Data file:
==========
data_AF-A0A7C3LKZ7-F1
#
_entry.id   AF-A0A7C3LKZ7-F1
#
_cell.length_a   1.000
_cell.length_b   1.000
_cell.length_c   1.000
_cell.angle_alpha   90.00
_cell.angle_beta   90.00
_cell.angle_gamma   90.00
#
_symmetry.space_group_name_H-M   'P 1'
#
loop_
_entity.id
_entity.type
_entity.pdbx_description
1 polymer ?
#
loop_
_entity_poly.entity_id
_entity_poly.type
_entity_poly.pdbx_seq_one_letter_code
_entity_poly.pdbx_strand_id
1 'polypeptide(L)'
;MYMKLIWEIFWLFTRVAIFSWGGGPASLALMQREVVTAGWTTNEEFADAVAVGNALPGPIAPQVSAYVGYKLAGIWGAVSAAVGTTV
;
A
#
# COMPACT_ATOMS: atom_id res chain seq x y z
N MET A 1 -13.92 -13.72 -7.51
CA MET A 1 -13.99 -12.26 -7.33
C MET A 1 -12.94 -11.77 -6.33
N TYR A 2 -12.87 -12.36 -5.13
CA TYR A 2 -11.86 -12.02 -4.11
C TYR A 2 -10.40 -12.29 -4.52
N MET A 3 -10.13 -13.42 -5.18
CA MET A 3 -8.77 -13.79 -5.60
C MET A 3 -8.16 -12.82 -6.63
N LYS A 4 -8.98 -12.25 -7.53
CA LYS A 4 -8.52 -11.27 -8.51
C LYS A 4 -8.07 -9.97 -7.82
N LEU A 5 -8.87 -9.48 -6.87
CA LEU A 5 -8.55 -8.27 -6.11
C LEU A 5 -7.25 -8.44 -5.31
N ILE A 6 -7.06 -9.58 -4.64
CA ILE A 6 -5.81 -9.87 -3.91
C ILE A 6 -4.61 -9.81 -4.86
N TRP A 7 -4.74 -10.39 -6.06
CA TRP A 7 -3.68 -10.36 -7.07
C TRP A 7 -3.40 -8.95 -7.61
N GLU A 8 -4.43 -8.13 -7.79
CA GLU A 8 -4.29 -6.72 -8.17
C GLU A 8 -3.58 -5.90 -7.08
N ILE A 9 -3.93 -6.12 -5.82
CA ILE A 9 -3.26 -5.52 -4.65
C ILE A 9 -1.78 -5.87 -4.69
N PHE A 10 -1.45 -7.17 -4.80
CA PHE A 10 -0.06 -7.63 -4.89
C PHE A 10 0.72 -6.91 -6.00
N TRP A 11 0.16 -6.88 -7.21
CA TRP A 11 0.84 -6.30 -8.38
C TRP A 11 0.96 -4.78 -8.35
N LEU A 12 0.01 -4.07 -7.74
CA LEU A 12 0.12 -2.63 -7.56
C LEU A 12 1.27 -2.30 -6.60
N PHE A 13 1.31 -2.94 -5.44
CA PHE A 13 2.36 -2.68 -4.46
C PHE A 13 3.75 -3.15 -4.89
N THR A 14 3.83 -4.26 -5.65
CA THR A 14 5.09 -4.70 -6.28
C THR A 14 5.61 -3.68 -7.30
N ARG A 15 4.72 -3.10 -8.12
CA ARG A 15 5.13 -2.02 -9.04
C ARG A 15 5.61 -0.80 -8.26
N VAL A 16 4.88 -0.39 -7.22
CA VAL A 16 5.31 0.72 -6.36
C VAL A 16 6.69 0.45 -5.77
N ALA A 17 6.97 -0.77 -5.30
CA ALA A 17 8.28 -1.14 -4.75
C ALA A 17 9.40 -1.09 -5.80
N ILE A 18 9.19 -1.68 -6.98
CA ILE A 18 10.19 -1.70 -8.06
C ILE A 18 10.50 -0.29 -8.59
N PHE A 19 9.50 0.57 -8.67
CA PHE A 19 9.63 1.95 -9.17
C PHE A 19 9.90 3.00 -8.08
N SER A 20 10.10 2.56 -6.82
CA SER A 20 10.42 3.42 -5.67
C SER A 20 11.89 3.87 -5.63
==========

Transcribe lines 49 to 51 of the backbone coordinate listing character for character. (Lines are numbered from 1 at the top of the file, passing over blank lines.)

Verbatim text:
N TRP A 7 -4.74 -10.39 -6.06
CA TRP A 7 -3.68 -10.36 -7.07
C TRP A 7 -3.40 -8.95 -7.61